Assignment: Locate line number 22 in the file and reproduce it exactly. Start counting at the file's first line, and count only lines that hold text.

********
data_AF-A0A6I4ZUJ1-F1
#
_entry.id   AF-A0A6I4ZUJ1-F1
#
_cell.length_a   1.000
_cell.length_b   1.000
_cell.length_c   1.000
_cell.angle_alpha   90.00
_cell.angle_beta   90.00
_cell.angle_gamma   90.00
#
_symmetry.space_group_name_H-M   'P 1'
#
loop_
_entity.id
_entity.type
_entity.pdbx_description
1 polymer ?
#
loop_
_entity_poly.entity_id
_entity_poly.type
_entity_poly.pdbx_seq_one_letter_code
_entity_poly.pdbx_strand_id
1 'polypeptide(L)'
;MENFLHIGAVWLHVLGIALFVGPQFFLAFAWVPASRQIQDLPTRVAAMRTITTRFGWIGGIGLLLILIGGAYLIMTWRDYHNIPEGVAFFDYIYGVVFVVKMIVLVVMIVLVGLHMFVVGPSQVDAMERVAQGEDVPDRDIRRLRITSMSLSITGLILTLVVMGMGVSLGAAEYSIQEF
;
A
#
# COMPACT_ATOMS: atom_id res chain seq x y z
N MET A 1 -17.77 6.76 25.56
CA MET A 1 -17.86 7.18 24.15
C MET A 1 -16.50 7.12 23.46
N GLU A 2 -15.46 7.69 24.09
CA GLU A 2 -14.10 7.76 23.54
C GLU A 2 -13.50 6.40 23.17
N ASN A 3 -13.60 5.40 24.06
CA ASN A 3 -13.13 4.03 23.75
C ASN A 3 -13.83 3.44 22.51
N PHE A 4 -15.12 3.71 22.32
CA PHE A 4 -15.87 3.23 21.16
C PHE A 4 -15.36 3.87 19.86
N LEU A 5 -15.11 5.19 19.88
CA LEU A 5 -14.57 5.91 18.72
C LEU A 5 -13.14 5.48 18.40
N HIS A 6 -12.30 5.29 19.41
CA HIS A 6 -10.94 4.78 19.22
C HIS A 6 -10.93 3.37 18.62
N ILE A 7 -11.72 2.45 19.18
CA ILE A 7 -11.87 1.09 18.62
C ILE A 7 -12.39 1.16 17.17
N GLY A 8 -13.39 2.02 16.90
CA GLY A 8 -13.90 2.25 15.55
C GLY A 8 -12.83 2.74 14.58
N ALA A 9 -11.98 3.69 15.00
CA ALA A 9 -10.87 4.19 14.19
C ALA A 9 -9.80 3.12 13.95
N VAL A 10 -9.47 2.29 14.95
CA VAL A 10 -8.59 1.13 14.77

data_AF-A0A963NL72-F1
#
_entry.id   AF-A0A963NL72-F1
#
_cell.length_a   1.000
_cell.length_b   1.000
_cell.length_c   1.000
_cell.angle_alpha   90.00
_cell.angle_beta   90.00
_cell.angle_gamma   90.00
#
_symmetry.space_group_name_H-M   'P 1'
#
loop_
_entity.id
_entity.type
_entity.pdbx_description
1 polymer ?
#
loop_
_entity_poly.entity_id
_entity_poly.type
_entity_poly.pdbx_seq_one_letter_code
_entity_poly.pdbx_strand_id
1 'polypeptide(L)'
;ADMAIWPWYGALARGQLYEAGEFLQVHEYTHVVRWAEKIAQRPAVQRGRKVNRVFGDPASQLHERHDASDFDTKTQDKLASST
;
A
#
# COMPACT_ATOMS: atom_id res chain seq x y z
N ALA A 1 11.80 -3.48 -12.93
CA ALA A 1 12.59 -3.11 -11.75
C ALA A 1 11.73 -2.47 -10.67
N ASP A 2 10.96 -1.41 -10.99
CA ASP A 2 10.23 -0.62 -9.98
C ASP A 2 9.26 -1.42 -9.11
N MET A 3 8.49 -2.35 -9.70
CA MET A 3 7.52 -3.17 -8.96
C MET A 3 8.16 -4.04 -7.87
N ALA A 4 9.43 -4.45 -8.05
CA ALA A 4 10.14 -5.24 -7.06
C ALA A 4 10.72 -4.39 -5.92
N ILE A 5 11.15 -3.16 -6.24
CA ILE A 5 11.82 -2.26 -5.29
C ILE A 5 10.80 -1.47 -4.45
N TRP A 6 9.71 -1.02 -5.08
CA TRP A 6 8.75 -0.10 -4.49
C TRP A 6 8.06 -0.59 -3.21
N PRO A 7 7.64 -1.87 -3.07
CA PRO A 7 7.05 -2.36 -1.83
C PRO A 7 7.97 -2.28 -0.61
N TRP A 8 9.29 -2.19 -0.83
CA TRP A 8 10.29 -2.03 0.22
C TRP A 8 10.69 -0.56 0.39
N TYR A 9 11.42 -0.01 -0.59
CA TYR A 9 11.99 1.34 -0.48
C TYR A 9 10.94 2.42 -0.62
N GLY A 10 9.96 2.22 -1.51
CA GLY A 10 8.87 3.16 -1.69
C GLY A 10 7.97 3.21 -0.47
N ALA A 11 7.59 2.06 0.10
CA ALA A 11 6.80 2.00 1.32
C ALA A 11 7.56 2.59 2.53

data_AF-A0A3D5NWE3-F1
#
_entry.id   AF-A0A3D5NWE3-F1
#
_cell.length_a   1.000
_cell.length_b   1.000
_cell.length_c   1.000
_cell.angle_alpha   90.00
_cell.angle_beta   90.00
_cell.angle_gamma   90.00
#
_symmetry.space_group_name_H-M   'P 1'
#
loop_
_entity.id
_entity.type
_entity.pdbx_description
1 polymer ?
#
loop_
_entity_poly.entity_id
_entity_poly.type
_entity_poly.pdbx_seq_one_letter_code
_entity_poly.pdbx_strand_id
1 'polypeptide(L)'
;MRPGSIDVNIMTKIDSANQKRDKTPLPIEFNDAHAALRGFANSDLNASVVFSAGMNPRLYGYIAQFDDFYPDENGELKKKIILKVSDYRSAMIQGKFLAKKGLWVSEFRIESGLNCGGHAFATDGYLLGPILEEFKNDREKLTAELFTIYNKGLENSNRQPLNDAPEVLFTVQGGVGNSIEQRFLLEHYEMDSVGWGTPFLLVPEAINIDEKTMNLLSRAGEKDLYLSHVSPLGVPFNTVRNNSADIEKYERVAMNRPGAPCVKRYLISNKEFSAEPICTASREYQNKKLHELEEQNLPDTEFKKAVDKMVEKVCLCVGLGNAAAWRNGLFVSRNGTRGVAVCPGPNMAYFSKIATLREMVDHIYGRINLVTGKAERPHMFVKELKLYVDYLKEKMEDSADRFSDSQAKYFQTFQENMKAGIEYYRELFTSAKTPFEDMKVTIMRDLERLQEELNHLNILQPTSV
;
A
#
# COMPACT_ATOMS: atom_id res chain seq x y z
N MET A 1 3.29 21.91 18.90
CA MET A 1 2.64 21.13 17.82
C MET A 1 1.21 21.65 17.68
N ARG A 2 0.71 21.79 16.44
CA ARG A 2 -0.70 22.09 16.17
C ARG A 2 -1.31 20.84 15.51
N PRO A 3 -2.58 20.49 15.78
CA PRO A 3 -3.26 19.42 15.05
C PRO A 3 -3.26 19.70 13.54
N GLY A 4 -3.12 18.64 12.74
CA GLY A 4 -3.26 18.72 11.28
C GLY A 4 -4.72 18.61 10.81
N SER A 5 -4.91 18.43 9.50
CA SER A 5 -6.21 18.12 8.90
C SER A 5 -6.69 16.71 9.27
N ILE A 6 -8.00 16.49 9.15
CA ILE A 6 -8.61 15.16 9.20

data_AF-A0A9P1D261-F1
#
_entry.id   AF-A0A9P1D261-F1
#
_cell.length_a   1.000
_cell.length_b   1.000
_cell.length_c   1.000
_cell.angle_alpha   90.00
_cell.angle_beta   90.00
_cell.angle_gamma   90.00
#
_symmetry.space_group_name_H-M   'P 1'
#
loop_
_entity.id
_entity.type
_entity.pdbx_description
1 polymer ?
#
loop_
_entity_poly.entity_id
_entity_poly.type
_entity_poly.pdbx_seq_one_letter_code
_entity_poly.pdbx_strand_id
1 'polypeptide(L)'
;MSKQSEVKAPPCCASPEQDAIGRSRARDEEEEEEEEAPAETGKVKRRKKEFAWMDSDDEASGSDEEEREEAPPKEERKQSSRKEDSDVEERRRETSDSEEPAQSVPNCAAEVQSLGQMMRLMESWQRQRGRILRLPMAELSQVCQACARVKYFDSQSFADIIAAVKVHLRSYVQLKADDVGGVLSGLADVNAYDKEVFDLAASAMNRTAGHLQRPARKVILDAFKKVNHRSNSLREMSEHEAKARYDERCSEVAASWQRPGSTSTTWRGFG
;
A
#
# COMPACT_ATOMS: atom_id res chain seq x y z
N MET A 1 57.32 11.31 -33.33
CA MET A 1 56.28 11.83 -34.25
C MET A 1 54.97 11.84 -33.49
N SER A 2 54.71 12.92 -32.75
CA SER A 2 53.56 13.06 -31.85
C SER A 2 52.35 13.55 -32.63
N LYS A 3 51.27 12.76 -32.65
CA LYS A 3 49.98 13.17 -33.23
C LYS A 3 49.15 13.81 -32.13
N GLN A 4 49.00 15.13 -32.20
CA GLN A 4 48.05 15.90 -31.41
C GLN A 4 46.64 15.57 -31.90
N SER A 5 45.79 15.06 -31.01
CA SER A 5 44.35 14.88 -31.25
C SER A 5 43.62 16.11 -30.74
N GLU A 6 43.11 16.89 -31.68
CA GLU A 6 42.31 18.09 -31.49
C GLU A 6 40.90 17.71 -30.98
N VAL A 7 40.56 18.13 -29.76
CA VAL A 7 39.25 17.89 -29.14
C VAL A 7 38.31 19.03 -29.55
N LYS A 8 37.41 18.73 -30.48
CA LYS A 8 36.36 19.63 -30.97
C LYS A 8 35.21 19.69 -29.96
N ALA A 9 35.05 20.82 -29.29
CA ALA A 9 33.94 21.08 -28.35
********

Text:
_entity_poly.type